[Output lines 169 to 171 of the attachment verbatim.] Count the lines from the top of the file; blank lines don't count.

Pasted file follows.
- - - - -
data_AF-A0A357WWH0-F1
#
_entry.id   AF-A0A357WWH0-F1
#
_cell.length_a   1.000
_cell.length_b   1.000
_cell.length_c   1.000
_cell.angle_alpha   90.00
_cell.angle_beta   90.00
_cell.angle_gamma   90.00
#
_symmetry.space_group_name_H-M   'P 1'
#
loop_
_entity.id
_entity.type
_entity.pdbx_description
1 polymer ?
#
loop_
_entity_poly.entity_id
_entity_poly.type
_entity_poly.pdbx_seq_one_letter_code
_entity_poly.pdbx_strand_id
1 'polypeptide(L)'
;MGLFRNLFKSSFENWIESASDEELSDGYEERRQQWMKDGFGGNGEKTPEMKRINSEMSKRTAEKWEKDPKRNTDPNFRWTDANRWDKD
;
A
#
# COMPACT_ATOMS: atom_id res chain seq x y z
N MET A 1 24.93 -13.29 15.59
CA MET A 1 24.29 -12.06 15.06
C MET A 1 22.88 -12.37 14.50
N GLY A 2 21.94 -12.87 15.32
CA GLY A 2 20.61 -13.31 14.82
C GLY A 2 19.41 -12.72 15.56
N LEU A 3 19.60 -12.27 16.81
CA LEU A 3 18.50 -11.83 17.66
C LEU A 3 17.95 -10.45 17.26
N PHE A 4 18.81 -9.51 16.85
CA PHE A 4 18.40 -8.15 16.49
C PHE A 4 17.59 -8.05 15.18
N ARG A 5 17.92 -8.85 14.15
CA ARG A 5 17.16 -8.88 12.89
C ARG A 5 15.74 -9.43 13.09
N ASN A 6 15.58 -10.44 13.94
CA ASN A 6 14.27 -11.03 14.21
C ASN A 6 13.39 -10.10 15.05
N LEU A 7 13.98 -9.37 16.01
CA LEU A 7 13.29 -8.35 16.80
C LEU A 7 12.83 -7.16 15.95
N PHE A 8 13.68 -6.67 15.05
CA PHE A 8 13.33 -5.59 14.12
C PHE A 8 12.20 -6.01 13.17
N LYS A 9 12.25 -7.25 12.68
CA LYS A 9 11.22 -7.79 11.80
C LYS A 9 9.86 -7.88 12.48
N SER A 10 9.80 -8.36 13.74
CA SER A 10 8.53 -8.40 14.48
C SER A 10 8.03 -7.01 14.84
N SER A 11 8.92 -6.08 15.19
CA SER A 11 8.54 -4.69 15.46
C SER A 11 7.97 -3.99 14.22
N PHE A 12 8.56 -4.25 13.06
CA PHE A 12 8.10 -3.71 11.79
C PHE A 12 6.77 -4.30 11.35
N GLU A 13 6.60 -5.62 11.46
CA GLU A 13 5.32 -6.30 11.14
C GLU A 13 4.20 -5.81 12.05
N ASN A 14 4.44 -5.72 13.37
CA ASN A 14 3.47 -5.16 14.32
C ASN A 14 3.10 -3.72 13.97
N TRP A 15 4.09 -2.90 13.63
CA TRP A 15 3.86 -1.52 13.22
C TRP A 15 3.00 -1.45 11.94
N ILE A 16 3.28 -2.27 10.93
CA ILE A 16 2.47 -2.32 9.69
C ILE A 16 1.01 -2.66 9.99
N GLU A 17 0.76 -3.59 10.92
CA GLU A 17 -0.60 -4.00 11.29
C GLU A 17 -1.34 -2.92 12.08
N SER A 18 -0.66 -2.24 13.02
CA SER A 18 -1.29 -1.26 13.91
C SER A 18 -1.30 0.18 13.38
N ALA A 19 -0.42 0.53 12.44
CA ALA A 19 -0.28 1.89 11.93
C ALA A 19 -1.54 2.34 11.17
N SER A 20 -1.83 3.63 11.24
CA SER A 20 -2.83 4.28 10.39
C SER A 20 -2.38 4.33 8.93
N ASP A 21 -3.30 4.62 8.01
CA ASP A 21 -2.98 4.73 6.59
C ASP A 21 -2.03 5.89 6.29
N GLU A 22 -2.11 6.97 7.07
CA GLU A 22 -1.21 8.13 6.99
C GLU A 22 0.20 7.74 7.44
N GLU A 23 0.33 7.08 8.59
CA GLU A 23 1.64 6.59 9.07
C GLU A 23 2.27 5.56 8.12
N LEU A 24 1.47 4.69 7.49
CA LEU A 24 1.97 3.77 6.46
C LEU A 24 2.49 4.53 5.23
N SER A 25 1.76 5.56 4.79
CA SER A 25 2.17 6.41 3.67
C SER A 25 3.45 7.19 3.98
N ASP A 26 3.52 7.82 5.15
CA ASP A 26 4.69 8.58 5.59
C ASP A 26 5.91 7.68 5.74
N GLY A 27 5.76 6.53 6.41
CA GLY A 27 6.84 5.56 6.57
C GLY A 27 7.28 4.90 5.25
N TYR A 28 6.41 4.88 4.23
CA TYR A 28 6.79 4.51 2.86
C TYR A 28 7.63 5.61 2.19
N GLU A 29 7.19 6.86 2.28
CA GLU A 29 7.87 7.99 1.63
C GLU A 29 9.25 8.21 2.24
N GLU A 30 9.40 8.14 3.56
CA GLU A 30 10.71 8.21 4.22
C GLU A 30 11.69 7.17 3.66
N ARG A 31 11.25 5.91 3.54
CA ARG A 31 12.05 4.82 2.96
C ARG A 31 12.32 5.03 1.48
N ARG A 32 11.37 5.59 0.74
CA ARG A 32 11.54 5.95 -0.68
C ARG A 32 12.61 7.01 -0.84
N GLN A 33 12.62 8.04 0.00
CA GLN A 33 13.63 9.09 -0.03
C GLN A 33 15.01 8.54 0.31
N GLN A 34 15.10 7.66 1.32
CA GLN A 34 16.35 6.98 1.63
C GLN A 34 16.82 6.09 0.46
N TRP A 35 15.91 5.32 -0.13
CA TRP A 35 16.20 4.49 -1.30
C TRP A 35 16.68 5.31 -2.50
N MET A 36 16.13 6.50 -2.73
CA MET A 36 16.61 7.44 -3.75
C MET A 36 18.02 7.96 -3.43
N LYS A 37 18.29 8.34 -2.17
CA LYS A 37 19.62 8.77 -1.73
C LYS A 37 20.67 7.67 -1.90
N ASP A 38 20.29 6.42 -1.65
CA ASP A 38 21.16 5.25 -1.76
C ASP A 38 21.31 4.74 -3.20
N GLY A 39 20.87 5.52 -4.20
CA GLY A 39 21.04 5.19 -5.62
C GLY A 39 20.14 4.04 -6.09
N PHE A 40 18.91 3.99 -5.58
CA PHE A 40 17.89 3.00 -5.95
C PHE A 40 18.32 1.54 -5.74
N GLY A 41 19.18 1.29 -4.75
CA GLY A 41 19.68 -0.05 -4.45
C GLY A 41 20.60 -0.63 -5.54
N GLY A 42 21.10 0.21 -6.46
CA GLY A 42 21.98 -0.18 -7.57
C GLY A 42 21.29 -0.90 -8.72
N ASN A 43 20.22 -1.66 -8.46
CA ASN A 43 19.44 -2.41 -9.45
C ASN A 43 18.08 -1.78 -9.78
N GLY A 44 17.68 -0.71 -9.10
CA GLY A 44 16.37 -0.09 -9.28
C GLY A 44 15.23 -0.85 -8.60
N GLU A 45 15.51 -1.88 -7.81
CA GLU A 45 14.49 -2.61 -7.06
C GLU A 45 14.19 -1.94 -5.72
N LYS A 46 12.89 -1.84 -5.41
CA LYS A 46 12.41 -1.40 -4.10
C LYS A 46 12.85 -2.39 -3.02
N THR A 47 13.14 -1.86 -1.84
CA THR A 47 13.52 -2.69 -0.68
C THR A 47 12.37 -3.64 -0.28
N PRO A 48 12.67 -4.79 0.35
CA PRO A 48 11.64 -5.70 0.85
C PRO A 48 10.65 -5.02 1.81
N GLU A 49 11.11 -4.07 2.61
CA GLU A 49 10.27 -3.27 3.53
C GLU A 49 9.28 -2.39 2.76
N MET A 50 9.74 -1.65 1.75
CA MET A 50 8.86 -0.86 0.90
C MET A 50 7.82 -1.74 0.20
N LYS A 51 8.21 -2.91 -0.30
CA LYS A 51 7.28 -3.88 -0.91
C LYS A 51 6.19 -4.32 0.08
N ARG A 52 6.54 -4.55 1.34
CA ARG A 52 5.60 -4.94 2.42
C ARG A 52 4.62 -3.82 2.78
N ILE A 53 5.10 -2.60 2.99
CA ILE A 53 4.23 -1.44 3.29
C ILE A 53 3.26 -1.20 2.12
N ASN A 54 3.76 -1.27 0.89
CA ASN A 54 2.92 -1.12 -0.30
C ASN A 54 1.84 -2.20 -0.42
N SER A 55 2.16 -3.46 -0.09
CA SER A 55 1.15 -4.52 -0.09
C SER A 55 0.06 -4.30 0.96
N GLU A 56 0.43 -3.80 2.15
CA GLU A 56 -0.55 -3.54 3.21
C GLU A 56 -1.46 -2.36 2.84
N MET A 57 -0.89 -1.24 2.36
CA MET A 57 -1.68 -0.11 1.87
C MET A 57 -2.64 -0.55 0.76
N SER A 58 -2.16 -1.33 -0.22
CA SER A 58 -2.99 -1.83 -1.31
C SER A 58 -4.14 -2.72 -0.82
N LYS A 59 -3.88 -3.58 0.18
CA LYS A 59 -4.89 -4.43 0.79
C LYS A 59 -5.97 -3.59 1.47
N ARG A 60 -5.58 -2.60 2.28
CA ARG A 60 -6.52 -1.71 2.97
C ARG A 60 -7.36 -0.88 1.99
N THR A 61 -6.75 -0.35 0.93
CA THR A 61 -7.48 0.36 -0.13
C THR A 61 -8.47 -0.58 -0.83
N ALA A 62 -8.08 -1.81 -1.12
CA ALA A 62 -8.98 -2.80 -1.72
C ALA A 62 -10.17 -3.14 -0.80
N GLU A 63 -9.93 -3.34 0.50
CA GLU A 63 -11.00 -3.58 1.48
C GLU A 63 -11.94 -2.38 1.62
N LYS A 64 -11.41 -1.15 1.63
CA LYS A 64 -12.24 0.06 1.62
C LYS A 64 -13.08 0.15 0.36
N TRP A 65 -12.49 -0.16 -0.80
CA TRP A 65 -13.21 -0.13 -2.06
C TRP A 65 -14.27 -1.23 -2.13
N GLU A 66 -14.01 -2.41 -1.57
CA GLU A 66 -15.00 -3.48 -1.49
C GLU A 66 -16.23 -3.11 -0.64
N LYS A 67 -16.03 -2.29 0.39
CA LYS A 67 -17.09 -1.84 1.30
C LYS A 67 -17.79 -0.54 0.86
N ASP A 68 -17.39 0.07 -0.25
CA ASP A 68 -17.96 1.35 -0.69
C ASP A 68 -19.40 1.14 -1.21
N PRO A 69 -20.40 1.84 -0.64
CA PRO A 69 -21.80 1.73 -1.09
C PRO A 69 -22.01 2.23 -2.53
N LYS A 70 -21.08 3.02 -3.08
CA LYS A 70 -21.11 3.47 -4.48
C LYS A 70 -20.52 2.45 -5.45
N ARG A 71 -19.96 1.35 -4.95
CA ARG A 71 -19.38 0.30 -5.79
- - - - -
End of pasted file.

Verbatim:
N THR A 47 13.14 -1.86 -1.84
CA THR A 47 13.52 -2.69 -0.68
C THR A 47 12.37 -3.64 -0.28